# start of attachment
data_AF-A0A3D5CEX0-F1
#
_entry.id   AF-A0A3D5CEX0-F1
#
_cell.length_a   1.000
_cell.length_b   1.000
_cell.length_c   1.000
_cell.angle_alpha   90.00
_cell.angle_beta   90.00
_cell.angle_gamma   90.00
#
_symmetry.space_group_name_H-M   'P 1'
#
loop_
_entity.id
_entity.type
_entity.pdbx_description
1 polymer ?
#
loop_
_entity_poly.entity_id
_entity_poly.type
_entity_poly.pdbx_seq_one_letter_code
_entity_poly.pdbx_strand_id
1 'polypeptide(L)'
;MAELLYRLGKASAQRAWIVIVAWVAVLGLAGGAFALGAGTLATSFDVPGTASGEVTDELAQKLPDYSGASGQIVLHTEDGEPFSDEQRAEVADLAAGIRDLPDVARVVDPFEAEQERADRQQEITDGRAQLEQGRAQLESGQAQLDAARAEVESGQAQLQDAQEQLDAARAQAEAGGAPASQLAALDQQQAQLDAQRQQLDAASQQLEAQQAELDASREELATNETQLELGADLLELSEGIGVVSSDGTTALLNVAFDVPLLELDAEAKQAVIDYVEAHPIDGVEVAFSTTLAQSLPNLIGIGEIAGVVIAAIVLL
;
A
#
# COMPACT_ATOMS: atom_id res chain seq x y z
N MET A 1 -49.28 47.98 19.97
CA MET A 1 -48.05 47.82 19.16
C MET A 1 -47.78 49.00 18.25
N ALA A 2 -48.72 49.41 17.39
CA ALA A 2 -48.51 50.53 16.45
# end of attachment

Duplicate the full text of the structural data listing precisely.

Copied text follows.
data_AF-A0A3D5CEX0-F1
#
_entry.id   AF-A0A3D5CEX0-F1
#
_cell.length_a   1.000
_cell.length_b   1.000
_cell.length_c   1.000
_cell.angle_alpha   90.00
_cell.angle_beta   90.00
_cell.angle_gamma   90.00
#
_symmetry.space_group_name_H-M   'P 1'
#
loop_
_entity.id
_entity.type
_entity.pdbx_description
1 polymer ?
#
loop_
_entity_poly.entity_id
_entity_poly.type
_entity_poly.pdbx_seq_one_letter_code
_entity_poly.pdbx_strand_id
1 'polypeptide(L)'
;MAELLYRLGKASAQRAWIVIVAWVAVLGLAGGAFALGAGTLATSFDVPGTASGEVTDELAQKLPDYSGASGQIVLHTEDGEPFSDEQRAEVADLAAGIRDLPDVARVVDPFEAEQERADRQQEITDGRAQLEQGRAQLESGQAQLDAARAEVESGQAQLQDAQEQLDAARAQAEAGGAPASQLAALDQQQAQLDAQRQQLDAASQQLEAQQAELDASREELATNETQLELGADLLELSEGIGVVSSDGTTALLNVAFDVPLLELDAEAKQAVIDYVEAHPIDGVEVAFSTTLAQSLPNLIGIGEIAGVVIAAIVLL
;
A
#
# COMPACT_ATOMS: atom_id res chain seq x y z
N MET A 1 -49.28 47.98 19.97
CA MET A 1 -48.05 47.82 19.16
C MET A 1 -47.78 49.00 18.25
N ALA A 2 -48.72 49.41 17.39
CA ALA A 2 -48.51 50.53 16.45